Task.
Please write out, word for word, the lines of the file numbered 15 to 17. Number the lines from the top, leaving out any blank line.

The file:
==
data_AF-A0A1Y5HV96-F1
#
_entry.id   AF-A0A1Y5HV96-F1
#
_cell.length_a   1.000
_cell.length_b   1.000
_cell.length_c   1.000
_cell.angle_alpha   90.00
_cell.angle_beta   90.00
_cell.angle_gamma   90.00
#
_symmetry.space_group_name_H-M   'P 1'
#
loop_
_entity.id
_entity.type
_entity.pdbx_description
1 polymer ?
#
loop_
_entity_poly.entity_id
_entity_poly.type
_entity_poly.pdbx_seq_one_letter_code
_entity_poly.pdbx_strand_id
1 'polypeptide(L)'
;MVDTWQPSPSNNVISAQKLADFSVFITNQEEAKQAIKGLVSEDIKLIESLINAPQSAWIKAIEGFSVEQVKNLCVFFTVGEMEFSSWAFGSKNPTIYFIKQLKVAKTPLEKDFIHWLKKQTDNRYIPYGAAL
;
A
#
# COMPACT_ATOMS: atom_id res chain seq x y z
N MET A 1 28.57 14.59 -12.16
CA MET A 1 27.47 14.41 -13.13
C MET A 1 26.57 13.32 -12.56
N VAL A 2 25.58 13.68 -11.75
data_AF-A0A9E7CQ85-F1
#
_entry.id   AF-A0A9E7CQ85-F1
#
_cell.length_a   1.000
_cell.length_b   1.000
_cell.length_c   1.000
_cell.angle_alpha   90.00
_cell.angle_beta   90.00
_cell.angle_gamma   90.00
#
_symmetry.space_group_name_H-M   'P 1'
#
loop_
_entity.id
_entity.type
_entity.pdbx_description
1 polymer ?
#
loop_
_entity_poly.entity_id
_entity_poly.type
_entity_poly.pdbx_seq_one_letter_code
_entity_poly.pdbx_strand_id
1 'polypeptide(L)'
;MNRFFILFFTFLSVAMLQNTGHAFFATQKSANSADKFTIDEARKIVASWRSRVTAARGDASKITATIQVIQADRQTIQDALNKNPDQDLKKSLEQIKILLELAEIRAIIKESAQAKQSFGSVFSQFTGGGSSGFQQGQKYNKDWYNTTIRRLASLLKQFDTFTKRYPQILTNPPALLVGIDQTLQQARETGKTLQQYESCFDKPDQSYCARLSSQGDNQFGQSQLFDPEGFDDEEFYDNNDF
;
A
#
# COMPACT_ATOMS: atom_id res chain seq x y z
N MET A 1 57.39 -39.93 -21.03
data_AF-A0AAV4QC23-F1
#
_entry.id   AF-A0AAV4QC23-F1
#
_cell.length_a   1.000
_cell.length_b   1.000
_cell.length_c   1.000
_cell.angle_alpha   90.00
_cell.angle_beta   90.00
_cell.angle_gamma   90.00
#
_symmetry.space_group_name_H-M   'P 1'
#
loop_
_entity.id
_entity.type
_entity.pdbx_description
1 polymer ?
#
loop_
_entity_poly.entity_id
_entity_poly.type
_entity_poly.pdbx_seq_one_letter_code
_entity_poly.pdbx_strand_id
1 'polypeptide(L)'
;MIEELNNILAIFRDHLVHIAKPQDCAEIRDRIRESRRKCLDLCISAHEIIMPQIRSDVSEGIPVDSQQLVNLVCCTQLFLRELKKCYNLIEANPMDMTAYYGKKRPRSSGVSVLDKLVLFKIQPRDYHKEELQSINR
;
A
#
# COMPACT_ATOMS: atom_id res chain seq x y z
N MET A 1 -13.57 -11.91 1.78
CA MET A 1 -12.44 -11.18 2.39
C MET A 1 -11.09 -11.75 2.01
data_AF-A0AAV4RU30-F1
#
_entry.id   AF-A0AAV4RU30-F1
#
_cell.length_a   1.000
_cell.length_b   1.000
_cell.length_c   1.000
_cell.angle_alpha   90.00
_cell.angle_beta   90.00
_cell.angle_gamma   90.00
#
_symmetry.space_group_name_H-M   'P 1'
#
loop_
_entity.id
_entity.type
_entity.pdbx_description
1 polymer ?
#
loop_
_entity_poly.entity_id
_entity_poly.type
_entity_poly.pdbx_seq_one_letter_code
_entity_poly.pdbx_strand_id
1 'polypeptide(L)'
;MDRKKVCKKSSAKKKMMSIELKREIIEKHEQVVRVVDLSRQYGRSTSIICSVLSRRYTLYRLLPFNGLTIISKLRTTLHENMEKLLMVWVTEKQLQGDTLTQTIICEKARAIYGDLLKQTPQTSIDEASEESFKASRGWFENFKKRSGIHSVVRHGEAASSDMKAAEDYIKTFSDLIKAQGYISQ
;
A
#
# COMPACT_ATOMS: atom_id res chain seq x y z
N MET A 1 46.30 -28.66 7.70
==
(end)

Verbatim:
_entity.id
_entity.type
_entity.pdbx_description